June 16 2010 12:00 AM

Detroit-area woman dreams a way to sop up oil, wants to try it in the Gulf


The idea came to Adria Brown in a dream one night about 20 years ago. She recalled having listened to a news report on the radio about how Exxon had spent billions trying to create a new chemical solvent to clean oil spills. Her idea was much simpler: the absorbent power of corn cobs.

“I literally had a dream,” she said. “I got up in the middle of the night and was drawing pictures. Like in ‘Close Encounters of the Third Kind.’” At first, she thought she had dreamed of a beehive. After she awoke from her dream, she went to her kitchen and started testing the idea from the dream on cooking oils dumped in bowls of salted and fresh water. She went to farms near her home, dressed in a fur coat and high heels, looking for the exact object that was in her dream. That’s when she found the cobs.

“I found what I was looking for in a garbage bin,” she said.

Since then, Brown has been molding the idea, getting patents (the process has U.S. and Canadian patents) and trying to convince scientists and other experts of the legitimacy of the idea. For most of her life she has run her own business, Madison Executive Galleries, an interior design firm. Several weeks ago, she closed the business to focus full time on getting the method implemented in the Gulf of Mexico.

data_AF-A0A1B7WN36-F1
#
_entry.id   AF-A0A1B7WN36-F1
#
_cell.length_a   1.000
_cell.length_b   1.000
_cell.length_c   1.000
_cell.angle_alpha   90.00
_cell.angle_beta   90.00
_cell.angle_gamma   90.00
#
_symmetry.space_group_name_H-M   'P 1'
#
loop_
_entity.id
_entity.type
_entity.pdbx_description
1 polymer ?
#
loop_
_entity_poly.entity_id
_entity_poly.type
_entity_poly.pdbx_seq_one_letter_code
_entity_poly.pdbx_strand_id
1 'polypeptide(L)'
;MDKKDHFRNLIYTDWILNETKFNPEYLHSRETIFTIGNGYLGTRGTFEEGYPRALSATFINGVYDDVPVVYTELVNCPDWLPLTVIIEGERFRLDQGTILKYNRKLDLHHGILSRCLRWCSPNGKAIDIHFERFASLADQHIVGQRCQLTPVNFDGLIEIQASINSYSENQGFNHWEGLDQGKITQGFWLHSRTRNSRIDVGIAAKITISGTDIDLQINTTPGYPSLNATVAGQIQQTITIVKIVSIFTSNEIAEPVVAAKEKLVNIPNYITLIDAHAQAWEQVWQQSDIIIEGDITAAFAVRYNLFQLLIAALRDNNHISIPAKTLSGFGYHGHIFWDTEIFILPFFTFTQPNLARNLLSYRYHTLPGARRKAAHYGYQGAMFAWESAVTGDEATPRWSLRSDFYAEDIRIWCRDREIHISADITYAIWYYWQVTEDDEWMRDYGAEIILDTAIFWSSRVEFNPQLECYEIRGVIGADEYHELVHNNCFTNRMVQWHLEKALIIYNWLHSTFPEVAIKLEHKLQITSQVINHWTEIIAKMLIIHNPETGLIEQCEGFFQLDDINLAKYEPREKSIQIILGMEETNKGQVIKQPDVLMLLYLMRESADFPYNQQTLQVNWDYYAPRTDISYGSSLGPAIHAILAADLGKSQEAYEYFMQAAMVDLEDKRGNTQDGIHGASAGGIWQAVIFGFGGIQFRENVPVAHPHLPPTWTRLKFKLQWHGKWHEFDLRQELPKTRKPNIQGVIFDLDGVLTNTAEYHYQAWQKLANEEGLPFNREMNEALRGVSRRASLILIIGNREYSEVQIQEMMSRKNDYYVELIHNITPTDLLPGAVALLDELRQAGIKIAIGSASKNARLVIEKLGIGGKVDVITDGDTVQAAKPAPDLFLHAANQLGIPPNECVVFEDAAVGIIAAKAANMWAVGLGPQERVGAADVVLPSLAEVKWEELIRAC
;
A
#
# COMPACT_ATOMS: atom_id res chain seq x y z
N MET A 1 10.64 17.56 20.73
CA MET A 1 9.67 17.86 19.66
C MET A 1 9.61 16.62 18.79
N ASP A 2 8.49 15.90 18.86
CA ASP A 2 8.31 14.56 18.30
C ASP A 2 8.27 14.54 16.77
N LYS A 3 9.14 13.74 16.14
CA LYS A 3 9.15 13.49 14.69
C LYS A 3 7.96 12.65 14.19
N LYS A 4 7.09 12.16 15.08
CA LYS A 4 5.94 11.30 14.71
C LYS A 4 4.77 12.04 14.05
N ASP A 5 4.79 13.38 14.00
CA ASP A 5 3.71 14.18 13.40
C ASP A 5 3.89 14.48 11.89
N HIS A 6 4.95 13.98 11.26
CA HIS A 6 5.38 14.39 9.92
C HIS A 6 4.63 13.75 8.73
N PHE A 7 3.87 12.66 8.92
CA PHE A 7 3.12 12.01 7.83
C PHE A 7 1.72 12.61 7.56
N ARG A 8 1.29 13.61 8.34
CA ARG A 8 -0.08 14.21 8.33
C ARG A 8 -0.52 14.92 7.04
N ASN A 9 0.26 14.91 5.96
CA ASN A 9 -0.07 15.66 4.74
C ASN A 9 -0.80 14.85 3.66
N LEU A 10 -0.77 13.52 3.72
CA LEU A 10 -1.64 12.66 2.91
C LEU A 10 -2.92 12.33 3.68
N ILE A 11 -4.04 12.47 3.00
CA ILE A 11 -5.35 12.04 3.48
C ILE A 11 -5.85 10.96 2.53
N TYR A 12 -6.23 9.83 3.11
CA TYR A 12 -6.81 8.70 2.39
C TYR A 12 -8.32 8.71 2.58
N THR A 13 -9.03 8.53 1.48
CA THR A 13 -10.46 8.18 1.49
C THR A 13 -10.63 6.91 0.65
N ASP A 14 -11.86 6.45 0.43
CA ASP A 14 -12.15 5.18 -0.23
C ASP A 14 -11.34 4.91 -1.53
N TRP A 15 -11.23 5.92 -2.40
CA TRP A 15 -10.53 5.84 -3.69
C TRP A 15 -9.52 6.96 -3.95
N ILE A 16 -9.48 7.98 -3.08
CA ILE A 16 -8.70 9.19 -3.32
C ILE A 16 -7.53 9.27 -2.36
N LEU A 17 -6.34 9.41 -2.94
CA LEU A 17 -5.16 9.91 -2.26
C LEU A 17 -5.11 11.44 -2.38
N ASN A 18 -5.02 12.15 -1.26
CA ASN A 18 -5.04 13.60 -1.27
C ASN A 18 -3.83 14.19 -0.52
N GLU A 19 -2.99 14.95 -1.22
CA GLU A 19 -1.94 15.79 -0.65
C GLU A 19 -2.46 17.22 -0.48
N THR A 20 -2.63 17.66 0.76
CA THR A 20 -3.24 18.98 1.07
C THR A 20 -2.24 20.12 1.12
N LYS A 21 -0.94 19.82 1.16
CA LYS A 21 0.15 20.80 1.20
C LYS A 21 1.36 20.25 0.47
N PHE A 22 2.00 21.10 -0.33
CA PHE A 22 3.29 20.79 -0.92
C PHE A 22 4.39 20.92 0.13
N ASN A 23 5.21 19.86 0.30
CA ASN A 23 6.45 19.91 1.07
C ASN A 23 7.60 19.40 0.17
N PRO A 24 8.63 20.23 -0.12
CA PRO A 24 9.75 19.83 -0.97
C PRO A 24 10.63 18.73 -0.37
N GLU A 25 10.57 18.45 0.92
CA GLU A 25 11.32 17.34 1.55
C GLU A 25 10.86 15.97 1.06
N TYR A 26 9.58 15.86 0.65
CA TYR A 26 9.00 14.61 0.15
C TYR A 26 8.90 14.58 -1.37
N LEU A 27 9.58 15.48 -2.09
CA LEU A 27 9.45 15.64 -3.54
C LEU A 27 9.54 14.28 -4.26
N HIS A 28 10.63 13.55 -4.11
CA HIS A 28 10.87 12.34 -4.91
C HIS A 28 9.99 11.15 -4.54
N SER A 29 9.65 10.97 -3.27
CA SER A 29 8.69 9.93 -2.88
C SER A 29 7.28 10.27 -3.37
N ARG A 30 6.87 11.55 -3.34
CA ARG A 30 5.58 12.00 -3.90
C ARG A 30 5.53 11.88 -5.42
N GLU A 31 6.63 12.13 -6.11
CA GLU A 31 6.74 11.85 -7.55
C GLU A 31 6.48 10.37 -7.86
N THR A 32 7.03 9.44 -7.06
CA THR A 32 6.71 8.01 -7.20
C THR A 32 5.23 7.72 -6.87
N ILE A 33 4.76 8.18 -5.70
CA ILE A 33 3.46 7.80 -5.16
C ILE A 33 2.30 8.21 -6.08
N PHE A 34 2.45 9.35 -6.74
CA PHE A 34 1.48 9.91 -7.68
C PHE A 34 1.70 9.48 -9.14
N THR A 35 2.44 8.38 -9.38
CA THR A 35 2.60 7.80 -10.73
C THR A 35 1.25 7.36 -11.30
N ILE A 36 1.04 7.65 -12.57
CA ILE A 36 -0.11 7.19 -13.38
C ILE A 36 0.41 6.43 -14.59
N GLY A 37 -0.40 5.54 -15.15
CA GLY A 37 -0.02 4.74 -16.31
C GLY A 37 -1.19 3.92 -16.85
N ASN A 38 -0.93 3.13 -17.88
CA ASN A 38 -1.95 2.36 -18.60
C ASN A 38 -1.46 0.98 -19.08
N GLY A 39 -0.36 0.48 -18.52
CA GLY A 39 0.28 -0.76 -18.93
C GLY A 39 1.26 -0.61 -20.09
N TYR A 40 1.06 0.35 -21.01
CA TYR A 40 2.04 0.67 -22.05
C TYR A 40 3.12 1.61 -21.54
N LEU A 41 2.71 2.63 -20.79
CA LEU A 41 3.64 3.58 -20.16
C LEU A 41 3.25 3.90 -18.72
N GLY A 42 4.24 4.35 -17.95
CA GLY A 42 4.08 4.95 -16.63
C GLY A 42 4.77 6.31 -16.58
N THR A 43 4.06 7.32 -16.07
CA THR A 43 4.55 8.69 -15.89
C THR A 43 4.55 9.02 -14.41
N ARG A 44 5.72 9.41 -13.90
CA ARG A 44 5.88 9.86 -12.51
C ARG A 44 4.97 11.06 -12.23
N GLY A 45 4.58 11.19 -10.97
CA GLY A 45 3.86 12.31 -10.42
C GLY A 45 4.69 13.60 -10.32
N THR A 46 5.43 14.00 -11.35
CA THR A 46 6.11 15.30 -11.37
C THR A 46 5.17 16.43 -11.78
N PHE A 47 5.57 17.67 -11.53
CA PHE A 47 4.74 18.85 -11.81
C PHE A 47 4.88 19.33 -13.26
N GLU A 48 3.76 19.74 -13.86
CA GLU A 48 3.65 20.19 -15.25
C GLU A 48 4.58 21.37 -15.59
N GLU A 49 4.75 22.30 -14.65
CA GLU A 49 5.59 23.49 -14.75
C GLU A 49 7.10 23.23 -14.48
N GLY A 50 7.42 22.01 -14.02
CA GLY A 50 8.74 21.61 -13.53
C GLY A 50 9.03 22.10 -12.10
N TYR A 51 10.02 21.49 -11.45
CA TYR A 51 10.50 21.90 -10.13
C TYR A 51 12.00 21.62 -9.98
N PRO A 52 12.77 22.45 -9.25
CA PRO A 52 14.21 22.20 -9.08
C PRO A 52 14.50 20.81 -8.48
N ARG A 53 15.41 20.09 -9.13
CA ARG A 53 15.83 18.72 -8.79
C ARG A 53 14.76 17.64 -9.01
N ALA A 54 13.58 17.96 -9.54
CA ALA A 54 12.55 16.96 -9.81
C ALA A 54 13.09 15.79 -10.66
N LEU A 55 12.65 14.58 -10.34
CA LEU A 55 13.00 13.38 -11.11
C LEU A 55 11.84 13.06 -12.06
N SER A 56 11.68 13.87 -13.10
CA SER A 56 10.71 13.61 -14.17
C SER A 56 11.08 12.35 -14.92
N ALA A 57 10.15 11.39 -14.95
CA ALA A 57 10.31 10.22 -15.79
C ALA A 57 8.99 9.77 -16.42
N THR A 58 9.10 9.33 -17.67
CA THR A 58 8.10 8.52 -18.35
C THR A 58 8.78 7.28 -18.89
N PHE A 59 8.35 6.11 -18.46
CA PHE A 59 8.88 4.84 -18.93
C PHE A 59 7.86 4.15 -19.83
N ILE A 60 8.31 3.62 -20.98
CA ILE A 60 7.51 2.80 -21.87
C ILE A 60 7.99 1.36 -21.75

She envisions that a cargo plane would drop the cobs into the water, where they would float and collect oil. Then the cobs could be collected, wrung of their oil and be placed back into the water to continue the cleanup.

Brown is getting help from a state produces a lot of cobs: The office of Sen. Chuck Grassley, R-Iowa, is helping Brown circulate paperwork to various agencies that would contract with oil cleaners. Brown has also procured some 34,000 tons of cobs from Feeders Grain & Supply in Corning, Iowa. She said it takes 600 cubic feet of cob to sop up 1,000 gallons of oil. But she needs more, and thinks she can get cobs from Michigan.

Kris Berglund, a professor of chemical engineering and materials science at Michigan State University, said that at first glance, he did not see a fundamental problem with it. Berglund, before being contacted by a reporter, had actually read about Brown’s idea in an engineering newsletter.

“What I don’t know is how do you get enough corn cobs,” he said. “As far as them floating and absorbing the oil, it probably can work. Corn cobs do pick up things; their center is almost like a cork.

“I’ve heard crazier things.”